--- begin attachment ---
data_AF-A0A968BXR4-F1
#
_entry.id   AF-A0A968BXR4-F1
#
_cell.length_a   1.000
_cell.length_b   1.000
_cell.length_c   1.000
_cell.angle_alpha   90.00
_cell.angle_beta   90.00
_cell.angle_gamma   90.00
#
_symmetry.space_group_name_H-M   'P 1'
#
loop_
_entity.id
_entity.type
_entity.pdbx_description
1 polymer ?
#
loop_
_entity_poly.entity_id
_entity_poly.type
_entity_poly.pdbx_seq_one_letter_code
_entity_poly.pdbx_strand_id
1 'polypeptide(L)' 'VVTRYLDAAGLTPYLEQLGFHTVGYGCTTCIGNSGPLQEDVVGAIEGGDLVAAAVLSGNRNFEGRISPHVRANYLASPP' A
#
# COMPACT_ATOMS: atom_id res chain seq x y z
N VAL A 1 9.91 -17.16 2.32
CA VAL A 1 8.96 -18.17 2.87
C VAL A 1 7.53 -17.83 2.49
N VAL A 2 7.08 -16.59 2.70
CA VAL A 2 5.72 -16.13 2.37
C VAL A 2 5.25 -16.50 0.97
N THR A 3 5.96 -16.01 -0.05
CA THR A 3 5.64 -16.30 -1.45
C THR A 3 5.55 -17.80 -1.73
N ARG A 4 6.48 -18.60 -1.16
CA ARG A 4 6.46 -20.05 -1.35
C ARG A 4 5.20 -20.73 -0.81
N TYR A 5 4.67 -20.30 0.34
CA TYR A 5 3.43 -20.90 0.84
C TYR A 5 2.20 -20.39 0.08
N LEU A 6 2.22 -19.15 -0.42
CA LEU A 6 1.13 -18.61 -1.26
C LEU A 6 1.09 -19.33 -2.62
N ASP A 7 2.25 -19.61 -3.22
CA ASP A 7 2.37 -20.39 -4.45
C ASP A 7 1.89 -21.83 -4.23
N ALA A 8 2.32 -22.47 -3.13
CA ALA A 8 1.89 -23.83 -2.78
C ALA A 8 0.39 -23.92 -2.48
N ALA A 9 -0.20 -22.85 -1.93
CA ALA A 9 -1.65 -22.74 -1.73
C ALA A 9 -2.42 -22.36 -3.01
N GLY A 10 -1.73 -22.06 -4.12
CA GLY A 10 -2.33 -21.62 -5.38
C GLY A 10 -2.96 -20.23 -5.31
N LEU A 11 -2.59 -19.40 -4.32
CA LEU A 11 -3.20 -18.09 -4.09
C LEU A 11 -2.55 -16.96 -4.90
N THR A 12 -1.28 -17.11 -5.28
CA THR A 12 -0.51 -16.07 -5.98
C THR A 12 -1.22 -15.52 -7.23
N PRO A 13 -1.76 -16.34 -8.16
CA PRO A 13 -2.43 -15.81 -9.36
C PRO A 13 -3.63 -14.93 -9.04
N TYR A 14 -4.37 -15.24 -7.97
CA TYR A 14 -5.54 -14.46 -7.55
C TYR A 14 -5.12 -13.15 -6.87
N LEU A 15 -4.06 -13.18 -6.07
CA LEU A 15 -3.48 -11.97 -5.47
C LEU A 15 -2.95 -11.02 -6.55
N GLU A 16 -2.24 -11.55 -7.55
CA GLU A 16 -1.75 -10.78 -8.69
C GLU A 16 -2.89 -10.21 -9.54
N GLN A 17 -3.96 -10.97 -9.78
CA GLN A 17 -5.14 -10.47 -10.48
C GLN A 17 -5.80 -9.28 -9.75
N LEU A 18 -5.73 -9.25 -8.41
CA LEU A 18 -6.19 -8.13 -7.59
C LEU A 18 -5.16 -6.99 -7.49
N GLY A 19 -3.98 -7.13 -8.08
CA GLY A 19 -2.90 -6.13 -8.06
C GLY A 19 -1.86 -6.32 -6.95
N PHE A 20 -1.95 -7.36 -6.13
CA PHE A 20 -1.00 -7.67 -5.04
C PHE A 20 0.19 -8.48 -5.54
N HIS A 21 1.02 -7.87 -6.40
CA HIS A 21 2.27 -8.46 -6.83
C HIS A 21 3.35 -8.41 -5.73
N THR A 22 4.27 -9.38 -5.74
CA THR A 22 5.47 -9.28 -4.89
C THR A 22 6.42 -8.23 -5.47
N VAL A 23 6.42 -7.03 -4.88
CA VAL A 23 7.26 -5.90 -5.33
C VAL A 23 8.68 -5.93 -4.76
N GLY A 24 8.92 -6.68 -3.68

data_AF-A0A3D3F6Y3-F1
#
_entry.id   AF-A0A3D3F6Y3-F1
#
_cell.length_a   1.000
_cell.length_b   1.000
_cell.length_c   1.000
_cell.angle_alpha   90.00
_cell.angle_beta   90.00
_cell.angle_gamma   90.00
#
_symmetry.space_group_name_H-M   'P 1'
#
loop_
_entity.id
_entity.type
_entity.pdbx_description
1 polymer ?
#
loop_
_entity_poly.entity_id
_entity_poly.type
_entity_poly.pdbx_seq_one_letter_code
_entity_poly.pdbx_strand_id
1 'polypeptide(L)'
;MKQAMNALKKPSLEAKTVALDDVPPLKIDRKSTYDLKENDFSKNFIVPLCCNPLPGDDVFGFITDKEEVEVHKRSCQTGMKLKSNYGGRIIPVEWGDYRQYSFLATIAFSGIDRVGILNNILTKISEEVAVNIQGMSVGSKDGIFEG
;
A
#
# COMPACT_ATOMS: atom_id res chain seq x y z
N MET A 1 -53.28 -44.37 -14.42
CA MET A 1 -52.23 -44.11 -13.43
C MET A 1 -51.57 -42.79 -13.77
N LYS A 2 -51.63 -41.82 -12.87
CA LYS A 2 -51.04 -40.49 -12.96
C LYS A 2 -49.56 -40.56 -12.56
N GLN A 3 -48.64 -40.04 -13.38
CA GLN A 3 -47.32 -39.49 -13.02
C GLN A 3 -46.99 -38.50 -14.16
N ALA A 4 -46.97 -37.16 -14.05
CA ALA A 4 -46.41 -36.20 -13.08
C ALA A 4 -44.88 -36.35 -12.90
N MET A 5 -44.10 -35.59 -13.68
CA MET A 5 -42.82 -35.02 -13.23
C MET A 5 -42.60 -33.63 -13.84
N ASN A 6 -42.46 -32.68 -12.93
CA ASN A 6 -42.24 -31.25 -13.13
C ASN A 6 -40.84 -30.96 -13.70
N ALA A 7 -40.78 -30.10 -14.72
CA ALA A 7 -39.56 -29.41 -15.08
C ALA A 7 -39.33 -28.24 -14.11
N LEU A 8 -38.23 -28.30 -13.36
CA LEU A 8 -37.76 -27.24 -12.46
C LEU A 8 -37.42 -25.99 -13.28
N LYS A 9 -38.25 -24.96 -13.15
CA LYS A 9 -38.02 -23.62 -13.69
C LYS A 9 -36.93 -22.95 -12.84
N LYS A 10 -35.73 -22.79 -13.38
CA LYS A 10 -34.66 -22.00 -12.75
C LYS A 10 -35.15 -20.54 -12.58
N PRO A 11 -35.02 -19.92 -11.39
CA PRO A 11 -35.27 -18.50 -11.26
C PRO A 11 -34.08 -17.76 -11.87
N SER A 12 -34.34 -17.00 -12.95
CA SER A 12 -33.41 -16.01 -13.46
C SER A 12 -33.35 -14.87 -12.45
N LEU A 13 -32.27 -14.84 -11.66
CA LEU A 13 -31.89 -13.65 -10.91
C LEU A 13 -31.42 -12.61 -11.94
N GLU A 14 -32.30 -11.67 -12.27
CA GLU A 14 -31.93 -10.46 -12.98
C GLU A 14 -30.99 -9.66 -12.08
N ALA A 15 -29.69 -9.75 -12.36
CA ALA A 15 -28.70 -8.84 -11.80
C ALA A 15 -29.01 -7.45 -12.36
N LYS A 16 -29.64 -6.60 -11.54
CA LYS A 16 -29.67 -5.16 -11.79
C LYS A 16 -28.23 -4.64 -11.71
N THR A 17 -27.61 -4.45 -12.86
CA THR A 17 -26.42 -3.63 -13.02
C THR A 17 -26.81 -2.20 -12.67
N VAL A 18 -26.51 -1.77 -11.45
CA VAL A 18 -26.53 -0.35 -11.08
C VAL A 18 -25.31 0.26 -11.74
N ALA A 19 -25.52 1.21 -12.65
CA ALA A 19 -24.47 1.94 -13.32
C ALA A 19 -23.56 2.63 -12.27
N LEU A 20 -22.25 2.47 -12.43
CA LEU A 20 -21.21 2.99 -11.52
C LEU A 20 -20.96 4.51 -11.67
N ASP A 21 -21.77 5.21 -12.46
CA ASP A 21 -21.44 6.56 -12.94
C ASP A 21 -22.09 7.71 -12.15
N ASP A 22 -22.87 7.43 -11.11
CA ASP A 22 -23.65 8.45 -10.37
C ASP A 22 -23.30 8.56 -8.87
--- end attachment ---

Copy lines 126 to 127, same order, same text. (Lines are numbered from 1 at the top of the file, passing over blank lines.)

#
# COMPACT_ATOMS: atom_id res chain seq x y z